The first episode is an incredibly atmospheric scene setter, then what follows is a rip-roaringly good adventure as the Doctor and his friends run around various corridors trying to understand just what is going on and how to resolve the situation. It has a light-hearted tone, gently poking fun at the running up and down corridors aspect of so many Who stories, with ideas borrowed from the Hitch Hiker’s Guide to the Galaxy and Dungeons and Dragons, while also giving a wink to modern video game culture. But all the time there is a serious message behind it all, and despite the humour and the knowingness there is a good solid heart to the story which holds it all together.

Bonnie Langford and Colin Baker are superb here, with an easy going relationship that allows them to work well off each other to provide a really entertaining story. And in contrast there is Ronald Pickup in a somewhat creepy role, who pretty much manages to steal the piece. And stealing a scene from Colin Baker is no mean feat!

This is a delightful and memorable listen, 5 stars.
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TOP 500 REVIEWERon 30 October 2016
Delayed departures, no way out, limited resources and something unpleasant in the corridors. We’ve all been stuck at an airport like that for an hour or two – but what if the delay went on for five hundred years…? 4* (4 episodes, 2 CDs, 121 minutes + extras)

‘Spaceport Fear’ by William Gallagher is a traditional ‘Doctor Who’ story in many ways and fans will find ourselves right at home. A vast, almost empty spaceport, two warring ‘tribes’ descended from former passengers – Business and Economy, a monstrous creature wailing through miles of darkened corridors, no escape and time running out…

That might have become a rather familiar story, but it isn’t, because the basic framework supports excellent character writing full of quips and one-liners and a creepy atmosphere, mixed with a determination to keep things light. And that’s more than can be said for the spaceport computer, which is determined to keep things dark…

The first two episodes especially are a classic ‘haunted house’ mystery of empty halls, shifting walls, failing lights and even a ‘ghost’ – the Wailer, definitely living up to its name as a ‘presence’ never quite seen but getting too close for comfort. Unfortunately for those trapped with it, the Wailer is all too real and substantial… and hungry… The (literal) darkness of the early parts of this story comes across very well, through both the script and Richard Fox and Lauren Yason’s sound design and music, making careful use of silence to reflect the dark emptiness of the spaceport. Listen at night with the lights out for full effect!

The script builds a good story and contrasts the darkness with a host of light touches, jokes at the expense of airports and the rigours of flying Economy, business jargon and business culture and Mel’s late ‘80s world. Episode 3 did seem to me to dip slightly and I didn’t feel a shocking moment at the start of the episode was carried through as it might have been – although that was in keeping with the style of the Sixth Doctor’s TV era, where stories tended to quickly move on from even the most tragic events.

Episode 4 ascends again as a host of new problems arrive and a couple of traditional ‘Doctor Who’ plot devices are put to good use, before the Doctor and Mel come to the rescue once more. I must say I wasn’t convinced by part of Mel’s solution; it was funny, especially given her skillset, but I don’t think it would actually have worked. Then there’s a nicely optimistic and ‘human’ ending, so job done again and another world saved.

This enjoyably traditional style is quite refreshing after the Time-shifting, mind-spinning brilliance of ‘The Wrong Doctors’, but there’s no link between the two adventures so you could listen to this one first. The Sixth Doctor and Mel are here just one adventure after the Doctor successfully resolved his TV Trial, so there are definite moments of the TV Sixth Doctor, all brilliance, bombast and banter.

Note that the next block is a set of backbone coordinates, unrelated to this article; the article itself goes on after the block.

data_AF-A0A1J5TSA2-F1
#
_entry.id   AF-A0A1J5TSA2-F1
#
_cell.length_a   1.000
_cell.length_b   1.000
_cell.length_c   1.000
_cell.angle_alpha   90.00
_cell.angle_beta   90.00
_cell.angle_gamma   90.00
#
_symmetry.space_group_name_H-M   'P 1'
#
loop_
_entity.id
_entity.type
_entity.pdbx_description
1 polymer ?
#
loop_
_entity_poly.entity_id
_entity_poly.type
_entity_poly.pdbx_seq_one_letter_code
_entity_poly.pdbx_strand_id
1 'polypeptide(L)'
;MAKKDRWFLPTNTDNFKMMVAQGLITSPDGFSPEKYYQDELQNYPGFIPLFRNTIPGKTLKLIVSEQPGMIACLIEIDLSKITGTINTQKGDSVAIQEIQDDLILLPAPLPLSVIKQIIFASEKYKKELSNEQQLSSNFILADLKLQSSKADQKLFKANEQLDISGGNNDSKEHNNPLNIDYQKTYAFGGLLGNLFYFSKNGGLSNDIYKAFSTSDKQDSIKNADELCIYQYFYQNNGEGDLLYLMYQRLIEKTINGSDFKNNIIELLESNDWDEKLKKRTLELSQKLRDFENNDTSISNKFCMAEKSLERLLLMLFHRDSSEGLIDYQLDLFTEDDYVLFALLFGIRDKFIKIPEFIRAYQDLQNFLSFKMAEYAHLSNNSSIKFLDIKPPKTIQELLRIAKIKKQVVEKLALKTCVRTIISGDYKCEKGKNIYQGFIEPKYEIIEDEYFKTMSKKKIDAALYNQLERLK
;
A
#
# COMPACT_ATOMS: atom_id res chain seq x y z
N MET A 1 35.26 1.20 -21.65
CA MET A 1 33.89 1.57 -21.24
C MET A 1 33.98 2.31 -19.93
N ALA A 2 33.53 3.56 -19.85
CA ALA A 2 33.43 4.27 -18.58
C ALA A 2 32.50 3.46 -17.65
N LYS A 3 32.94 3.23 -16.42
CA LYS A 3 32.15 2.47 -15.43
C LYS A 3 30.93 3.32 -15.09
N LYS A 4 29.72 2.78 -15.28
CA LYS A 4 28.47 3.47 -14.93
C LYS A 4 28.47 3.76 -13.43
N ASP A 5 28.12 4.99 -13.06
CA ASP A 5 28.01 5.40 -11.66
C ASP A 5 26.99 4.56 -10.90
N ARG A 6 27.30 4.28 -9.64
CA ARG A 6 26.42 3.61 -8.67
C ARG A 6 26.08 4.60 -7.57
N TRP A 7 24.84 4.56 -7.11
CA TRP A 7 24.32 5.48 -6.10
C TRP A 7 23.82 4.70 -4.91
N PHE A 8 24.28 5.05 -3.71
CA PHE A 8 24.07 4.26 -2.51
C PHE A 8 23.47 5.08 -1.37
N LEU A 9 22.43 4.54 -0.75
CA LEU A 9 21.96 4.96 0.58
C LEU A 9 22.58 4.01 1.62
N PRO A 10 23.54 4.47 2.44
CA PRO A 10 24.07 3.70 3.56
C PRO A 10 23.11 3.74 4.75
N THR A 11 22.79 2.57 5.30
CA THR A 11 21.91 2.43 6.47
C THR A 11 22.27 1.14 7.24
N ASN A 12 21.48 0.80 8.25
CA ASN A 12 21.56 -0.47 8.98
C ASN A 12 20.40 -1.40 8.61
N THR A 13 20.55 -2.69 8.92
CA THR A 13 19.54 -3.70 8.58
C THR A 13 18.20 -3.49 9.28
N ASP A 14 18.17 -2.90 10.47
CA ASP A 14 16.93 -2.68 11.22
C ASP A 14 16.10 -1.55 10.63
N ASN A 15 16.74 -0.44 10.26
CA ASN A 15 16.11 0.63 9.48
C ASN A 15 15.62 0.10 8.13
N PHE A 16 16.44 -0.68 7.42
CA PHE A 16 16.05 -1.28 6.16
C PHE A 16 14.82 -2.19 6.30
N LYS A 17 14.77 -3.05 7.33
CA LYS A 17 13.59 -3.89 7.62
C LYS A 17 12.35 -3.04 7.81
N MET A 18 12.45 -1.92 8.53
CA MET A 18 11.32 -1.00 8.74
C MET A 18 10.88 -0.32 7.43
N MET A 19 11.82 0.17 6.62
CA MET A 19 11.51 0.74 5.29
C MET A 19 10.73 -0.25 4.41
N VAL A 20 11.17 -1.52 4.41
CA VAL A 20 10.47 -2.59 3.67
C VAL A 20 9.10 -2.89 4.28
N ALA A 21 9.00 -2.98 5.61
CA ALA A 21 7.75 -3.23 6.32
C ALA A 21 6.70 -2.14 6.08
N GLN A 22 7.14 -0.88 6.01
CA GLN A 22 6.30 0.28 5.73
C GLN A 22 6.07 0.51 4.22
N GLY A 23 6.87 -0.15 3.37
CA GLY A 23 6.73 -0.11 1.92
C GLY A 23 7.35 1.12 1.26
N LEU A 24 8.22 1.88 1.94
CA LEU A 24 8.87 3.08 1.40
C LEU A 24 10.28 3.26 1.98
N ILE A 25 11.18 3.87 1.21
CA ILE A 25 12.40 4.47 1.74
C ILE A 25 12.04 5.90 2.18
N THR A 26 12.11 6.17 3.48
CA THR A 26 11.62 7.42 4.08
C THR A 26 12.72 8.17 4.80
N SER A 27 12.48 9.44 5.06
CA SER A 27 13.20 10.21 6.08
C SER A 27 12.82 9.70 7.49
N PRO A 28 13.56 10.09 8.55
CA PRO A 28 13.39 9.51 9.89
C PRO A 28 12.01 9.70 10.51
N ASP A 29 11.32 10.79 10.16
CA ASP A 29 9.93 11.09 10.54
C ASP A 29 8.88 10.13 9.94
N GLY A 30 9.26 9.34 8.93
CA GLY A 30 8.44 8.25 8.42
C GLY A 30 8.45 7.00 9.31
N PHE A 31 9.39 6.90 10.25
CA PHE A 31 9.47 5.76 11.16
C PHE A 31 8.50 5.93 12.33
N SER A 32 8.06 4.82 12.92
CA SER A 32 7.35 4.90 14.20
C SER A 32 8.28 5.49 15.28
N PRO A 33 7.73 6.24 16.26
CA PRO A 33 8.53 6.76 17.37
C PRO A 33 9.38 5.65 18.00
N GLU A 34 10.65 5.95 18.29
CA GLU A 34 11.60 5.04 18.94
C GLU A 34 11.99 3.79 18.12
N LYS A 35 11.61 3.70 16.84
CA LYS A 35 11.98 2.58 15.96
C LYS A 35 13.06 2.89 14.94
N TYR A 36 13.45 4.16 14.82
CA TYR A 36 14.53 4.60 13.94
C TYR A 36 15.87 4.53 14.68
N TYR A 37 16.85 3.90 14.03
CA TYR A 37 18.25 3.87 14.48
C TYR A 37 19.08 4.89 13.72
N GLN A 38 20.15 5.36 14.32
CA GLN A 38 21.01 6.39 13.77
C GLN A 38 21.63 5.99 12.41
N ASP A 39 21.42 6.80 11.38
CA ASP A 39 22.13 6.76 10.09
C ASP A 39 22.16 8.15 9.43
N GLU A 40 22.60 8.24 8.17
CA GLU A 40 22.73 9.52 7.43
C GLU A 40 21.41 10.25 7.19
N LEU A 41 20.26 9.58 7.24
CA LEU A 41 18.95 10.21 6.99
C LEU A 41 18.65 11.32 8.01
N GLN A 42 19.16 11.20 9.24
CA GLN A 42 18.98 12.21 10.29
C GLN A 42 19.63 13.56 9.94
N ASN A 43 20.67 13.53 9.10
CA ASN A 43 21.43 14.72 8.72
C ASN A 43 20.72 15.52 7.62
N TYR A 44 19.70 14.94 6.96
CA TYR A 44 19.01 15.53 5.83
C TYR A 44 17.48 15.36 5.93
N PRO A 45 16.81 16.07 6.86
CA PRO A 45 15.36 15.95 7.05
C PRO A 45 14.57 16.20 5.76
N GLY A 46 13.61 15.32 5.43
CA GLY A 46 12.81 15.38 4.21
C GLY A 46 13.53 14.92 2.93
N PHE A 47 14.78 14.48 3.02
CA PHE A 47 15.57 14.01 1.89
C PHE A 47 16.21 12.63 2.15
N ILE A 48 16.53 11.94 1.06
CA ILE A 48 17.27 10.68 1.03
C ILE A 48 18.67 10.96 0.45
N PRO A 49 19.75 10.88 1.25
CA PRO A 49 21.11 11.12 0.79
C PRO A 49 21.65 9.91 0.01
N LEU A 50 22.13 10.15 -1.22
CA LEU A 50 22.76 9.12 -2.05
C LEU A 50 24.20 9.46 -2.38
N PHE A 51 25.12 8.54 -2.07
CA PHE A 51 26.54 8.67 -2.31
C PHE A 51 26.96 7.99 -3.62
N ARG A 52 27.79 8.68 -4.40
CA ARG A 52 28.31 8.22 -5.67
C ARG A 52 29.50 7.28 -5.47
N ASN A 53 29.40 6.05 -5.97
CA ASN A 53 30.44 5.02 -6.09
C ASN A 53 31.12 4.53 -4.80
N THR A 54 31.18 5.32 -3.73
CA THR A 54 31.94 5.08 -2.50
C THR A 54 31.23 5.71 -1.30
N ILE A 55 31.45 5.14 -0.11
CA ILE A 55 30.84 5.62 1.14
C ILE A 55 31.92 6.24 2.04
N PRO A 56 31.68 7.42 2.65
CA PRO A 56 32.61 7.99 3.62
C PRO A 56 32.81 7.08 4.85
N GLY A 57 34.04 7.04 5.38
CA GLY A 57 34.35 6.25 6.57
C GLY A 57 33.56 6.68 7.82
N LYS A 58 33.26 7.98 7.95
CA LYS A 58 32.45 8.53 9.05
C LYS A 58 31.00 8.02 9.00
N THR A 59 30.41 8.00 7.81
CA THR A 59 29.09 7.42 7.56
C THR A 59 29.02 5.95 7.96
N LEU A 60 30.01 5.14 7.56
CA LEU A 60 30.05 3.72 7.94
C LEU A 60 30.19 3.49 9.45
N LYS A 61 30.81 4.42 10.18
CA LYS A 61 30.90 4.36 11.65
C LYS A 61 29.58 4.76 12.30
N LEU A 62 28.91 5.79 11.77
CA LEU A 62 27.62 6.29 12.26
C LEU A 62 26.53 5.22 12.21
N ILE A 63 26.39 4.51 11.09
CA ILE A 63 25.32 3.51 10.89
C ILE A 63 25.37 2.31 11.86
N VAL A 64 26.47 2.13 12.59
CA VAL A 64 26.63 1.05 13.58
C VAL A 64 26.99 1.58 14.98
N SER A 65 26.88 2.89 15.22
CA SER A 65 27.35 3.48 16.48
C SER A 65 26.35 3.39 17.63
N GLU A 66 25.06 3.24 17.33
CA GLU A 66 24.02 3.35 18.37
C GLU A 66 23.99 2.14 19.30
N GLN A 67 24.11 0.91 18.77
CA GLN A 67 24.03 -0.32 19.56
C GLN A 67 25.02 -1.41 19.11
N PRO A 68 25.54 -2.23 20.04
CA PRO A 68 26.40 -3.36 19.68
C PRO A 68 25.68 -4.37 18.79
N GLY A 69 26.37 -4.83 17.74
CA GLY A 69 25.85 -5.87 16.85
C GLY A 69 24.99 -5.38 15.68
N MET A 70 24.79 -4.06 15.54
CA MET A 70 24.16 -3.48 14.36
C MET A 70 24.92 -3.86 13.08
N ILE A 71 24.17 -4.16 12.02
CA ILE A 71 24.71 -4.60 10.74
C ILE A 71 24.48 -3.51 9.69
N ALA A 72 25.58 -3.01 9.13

Colin Baker’s Sixth Doctor is terrific as usual with dialogue to match. Only this Doctor could converse face to face with a ravening, heavily-armed alien and still find time to make disparaging sideways comments about its lack of linguistic prowess!

It’s great to hear Bonnie Langford playing Mel in a script full of cleverness, computer skills and quick-thinking, without a scream to be heard. Mel and the Doctor enjoy a teasing friendship full of little jokes about his manners (or lack thereof!) and her taste for veggie diets and exercise, and although this story is set in the far future, the cultural nods are very much aimed towards present-day Earth.

The guest cast populate the story very well with Economy and good Business, especially Ronald Pickup as Elder Bones, respected statesman and unquestioned authority in the spaceport. His wonderful voice and performance give the character all the depth you’d expect – and possibly more…

This adventure is definitely one to check out. It doesn’t carry much complex baggage and the route to the final destination is quite straightforward, but the crew are very skilful, the in-flight entertainment is clever and witty, the companion and special guest are excellent and the Sixth Doctor is (as he says of himself here) ‘always First Class’. 4*

(Disc 1 has a 5 minute suite of the incidental music after the episodes and 14 minutes of documentary tracks follow the episodes on disc 2. The CD booklet has cast photos and interesting Director’s and Writer’s Notes.)
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on 14 April 2013
Colin Baker is superb as always and it was nice to see him paired with Mel.- she was good in this!
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on 13 July 2013
Big Finish boast they like to tell stories. This is a good story on paper but is it a good audio production? It starts off very well, but there is far too little here to sustain four episodes. Although nice ideas the weak cliffhangers are a big clue as to whether it is worth tuning in to the next episode. By the third episode I have really had enough and completely switched off by the fourth. There are not many Big Finish stories I do not complete, but this one just rambles and the moment I am not sure I will go back as some of the later vocal work is unappealing too.

One for completists only. First episode is 4-5 stars, then it loses a star each episode, hence the low average.

A waste of a 6th Dr and Mel story. After the excellent 1001 Nights where the production team gauged correctly the length for several stories, here we have one that should have been edited to two episodes maximum, allowing another 2 parter to follow it.

Stories about backward cultures have limited appeal in the first place, the 1987 television story Paradise Towers being a good example of how opinion is divided. They can be good in places and quite entertaining, but the overall product can be poor and one that does not represent the range very well.